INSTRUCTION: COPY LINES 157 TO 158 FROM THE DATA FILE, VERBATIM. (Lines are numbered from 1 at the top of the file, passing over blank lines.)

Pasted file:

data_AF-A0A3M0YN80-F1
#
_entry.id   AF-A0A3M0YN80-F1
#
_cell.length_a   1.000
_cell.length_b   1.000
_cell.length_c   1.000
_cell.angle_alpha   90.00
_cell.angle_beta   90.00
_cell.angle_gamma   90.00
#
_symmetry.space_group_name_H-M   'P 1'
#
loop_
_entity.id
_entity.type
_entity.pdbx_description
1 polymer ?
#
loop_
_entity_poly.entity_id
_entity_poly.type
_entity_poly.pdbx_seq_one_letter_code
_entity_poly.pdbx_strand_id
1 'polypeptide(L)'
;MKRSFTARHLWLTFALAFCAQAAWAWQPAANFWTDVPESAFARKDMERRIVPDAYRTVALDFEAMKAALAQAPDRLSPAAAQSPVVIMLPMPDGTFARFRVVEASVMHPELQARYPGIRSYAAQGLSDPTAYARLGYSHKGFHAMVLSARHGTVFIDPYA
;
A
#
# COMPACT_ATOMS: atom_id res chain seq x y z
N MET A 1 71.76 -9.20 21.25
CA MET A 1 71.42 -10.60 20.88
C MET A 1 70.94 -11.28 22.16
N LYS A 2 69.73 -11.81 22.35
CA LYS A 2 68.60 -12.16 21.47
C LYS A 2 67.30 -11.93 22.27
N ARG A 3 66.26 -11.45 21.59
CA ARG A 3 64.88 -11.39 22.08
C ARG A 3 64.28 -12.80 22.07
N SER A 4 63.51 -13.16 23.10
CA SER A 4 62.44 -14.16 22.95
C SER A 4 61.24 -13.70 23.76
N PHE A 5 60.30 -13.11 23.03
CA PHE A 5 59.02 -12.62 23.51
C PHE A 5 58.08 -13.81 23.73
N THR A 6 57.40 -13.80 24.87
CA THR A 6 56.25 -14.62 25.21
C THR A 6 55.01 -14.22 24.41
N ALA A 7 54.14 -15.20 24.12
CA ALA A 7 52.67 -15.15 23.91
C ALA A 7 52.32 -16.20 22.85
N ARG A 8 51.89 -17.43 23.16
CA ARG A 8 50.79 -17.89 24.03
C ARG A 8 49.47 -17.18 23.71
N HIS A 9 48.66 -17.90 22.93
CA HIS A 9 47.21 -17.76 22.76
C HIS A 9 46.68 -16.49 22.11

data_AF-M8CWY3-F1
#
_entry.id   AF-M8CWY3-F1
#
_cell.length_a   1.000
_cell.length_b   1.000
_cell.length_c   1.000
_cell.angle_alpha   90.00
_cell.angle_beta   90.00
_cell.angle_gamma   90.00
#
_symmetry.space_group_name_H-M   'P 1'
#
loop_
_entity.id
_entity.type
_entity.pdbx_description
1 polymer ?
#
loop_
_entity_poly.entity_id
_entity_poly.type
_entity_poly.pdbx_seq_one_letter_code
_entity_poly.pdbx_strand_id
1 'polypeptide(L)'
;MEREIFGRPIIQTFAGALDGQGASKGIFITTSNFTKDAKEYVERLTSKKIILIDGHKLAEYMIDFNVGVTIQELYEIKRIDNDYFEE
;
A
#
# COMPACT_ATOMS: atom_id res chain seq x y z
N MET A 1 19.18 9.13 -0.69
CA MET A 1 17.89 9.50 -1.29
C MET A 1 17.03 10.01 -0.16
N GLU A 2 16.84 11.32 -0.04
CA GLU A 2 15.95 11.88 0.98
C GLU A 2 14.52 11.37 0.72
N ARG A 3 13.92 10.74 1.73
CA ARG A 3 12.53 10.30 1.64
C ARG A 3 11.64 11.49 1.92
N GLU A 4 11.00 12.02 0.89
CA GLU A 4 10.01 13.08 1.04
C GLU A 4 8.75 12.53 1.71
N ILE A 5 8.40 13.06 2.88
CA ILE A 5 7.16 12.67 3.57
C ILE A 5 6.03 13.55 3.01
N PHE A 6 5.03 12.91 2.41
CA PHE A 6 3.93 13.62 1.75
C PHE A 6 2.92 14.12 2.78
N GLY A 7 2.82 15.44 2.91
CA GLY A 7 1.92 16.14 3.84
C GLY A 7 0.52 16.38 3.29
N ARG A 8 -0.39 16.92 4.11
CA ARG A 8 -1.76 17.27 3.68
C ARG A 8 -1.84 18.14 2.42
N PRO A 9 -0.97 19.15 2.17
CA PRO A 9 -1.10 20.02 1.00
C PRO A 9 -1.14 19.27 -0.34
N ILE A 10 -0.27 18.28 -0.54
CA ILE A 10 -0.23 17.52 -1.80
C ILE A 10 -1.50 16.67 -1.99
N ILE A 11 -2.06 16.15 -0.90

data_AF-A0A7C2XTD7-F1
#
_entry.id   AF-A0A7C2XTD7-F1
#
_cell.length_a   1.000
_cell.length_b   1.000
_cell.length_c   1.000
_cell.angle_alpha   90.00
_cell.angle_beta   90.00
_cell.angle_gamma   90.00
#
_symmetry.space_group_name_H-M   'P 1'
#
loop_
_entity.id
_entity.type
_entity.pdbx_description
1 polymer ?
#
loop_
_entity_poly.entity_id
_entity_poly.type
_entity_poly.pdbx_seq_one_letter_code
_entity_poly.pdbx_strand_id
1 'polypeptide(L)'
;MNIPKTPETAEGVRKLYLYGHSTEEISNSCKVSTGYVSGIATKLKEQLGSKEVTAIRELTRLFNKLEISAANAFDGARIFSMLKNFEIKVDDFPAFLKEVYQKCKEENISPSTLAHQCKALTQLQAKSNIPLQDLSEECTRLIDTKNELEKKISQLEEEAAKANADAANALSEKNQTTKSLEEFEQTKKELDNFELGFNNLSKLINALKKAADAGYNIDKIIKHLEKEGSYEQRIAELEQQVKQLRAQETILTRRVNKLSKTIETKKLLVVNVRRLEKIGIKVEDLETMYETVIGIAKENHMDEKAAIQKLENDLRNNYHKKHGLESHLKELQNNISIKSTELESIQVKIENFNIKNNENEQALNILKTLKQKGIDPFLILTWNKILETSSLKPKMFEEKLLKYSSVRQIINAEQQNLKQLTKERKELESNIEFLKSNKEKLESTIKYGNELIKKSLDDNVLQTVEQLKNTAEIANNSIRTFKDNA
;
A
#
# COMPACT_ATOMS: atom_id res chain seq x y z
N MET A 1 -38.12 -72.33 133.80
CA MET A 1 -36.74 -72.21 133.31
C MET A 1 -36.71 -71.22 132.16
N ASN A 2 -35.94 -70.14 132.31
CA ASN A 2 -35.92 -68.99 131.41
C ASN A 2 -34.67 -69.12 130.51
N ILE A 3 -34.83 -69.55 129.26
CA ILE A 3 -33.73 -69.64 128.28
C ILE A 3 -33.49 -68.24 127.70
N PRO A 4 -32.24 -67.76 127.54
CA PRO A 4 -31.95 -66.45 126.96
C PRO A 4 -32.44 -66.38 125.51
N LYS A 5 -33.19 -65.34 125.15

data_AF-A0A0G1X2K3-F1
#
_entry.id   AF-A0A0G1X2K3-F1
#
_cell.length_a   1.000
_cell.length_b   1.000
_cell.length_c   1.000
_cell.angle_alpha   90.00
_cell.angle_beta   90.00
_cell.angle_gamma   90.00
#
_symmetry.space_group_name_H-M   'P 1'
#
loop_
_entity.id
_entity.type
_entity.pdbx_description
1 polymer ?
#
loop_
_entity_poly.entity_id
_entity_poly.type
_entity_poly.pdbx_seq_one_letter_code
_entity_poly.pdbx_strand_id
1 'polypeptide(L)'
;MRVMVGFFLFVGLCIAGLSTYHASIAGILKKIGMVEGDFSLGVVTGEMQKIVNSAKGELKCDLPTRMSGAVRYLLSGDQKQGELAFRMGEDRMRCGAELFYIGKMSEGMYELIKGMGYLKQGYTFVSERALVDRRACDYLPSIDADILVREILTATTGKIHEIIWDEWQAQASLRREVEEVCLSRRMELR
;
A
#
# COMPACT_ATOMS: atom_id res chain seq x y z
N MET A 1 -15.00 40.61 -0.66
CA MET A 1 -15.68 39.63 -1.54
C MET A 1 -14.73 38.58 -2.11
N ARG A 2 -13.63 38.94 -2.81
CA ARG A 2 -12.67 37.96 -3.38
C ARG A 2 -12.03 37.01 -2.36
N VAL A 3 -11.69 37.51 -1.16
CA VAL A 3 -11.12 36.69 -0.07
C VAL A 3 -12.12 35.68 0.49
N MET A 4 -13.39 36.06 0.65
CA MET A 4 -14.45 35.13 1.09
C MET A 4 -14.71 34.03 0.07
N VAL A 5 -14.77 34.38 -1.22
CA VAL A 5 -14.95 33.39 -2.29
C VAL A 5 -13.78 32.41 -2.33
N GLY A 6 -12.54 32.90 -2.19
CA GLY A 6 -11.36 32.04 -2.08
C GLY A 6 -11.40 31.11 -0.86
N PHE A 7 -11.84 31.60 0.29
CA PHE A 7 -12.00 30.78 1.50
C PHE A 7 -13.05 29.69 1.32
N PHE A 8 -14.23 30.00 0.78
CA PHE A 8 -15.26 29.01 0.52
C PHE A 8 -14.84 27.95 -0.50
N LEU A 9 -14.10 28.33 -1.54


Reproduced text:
C ILE A 3 -33.49 -68.24 127.70
N PRO A 4 -32.24 -67.76 127.54